NBA Coach Ray Scott on building community, leading a team, and breaking barriers
SALT LAKE CITY — Ray Scott, former Detroit Pistons player and the first Black man named the NBA’s Coach of the Year, joined Inside Sources with Boyd Matheson to discuss his successful career and what he learned while fighting for civil rights.
Scott reflected on his childhood in the 1950s and said that, at 12 years, old he visited Washington D.C. and witnessed segregation for the first time.
“Segregation was an operative for me as I got older and recognized more things …. I’m a kid from South Philly, lived in a third-floor walk-up, our neighborhood was integrated, so I didn’t know anything about all these major issues,” Scott explained to Boyd.
Scott’s road to cultural understanding, and to the NBA
Furthermore, Scott recalled reading about the murder of Emmett Till, in the mid-50s. He said Till’s story had a major impact on his life. Then, going forward from that experience, he learned more about the deep south and civil rights protests after World War II, to further educate himself.
Scott said that learning about the deep-rooted segregation in the United States inspired him to bring awareness to the issue both in terms of the NBA and society in general.
Following a successful basketball career, in 1974 at age 37 Scott became the league’s first Black Coach of the Year. He believes this helped pave the way for similar opportunities in other sports and break down racial barriers in the game.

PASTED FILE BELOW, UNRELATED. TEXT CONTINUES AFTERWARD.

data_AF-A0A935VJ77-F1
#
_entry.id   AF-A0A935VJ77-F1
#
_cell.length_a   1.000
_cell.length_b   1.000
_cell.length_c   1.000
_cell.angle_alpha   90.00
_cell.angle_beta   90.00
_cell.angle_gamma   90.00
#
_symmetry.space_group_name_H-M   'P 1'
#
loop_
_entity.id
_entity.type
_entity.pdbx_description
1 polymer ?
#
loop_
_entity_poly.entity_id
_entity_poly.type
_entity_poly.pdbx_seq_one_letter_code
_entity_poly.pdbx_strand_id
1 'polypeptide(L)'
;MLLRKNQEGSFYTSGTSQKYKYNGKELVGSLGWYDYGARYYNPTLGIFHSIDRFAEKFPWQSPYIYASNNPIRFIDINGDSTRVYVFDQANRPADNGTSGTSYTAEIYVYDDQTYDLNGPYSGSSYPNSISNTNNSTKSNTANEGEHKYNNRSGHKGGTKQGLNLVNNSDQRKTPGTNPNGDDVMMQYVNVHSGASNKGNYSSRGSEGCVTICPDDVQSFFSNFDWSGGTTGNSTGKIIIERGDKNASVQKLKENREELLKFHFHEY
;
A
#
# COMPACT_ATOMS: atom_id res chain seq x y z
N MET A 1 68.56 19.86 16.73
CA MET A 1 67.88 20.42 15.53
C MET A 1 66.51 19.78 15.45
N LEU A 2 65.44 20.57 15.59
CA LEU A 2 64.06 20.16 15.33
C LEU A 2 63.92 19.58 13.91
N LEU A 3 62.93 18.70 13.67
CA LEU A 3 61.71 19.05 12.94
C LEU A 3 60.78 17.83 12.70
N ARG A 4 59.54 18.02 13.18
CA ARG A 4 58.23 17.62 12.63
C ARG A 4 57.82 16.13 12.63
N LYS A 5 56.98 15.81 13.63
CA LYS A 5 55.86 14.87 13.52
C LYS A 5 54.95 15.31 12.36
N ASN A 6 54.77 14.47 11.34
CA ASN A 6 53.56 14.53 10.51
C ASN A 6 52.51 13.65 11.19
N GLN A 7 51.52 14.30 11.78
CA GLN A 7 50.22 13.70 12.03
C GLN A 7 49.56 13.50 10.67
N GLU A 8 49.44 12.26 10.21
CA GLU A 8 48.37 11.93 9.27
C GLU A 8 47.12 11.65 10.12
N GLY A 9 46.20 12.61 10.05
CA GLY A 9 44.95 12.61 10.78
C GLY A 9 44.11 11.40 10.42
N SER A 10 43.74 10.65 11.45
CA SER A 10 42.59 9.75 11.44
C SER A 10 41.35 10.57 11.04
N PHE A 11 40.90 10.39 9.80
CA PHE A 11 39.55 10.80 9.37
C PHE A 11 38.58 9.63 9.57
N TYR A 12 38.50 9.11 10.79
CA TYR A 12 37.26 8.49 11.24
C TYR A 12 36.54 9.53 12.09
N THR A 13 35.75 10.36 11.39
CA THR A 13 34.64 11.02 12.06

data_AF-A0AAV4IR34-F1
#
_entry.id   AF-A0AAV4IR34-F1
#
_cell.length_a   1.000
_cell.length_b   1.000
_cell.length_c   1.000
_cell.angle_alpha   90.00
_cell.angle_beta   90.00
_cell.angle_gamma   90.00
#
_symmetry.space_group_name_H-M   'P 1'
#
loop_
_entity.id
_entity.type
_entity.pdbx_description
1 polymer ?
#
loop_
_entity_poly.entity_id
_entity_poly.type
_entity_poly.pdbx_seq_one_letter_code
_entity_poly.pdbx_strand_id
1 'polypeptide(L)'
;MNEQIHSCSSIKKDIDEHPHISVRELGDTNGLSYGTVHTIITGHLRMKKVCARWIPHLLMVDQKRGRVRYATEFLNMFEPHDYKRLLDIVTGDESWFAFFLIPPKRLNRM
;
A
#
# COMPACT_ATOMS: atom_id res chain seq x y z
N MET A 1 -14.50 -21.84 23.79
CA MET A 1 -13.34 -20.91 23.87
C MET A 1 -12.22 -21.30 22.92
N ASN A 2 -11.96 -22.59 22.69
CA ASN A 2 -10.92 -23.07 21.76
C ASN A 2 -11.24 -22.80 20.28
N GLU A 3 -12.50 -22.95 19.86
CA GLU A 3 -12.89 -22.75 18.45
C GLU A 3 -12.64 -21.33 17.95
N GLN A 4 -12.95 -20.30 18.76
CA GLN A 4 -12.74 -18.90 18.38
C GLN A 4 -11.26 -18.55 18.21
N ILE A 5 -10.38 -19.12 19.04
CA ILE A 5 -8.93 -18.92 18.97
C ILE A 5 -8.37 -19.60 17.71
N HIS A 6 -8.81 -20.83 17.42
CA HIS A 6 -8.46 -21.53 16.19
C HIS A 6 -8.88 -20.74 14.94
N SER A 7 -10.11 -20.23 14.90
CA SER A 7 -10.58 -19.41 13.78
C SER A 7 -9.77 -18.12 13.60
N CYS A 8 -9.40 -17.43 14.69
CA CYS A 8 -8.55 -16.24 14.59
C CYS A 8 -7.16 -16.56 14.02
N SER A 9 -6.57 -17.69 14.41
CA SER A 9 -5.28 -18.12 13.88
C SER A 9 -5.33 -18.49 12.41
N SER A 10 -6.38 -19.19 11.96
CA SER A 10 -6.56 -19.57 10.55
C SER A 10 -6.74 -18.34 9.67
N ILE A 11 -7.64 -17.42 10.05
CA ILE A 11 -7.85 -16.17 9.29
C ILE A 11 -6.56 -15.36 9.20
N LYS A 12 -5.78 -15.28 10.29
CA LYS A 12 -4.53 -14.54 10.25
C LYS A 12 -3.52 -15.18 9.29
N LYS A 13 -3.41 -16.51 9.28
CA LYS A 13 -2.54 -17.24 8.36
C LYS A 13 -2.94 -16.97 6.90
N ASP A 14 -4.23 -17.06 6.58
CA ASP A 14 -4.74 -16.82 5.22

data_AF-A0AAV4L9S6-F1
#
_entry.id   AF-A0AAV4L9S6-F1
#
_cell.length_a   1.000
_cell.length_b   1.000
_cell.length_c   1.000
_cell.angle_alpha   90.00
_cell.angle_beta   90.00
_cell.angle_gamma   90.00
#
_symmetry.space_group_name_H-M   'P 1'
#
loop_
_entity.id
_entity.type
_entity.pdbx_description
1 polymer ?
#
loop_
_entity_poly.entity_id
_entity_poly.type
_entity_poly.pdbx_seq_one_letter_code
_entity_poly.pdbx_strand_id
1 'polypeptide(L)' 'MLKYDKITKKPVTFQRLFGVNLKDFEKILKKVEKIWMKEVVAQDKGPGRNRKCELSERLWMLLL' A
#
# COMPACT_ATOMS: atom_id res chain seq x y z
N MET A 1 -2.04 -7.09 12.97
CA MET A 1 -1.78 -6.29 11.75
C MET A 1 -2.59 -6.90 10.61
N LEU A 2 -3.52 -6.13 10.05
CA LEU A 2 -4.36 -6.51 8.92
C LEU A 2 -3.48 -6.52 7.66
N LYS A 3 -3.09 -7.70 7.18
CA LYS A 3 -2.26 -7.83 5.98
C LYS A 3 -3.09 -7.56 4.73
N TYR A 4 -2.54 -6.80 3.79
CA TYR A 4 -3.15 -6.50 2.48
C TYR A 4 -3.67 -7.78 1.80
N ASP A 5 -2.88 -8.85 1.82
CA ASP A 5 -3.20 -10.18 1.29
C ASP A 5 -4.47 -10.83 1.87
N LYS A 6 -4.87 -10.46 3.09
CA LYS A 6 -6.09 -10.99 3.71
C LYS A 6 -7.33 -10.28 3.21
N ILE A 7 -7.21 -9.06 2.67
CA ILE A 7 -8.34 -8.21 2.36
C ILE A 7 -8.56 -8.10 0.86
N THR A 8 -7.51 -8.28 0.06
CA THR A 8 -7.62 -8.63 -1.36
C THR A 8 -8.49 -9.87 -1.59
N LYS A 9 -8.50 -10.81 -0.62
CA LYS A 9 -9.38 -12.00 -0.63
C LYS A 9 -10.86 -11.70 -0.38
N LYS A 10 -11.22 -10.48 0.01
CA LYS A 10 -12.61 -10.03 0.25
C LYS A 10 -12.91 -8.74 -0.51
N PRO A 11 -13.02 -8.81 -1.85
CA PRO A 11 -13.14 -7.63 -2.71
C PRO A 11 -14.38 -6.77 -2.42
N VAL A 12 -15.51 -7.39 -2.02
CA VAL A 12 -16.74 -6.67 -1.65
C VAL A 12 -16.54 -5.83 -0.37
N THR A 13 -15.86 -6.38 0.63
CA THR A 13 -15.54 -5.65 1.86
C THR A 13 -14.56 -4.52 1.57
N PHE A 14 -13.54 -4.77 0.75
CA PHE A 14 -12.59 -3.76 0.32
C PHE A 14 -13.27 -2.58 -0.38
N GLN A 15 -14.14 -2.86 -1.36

And he told Boyd that his vision at the time wouldn’t have been realized if not for his players and their belief in his goals.
According to Detroit Free Press, another Black coach wouldn’t be named Coach of the Year until Don Chaney in 1991.
Scott shares more of his experiences in his book “The NBA in Black and White: the memoir of a trailblazing NBA player and coach.” Along with his own experiences, he includes the history of other prominent Black figures in professional basketball and the impact they had.
More about Ray Scott
Ray Scott was born in Philadelphia, Pennsylvania on July 12, 1938. He played for the Detroit Pistons from 1961 through 1967. He coached the Detroit Pistons from 1972 to 1976.
With the Pistons he averaged 16.0 points and 10.7 rebounds per game, before retiring in 1972 according to the Detroit Free Press. After Scott took over as head coach, the Pistons went 38-37 in the 1972-1973 NBA season.
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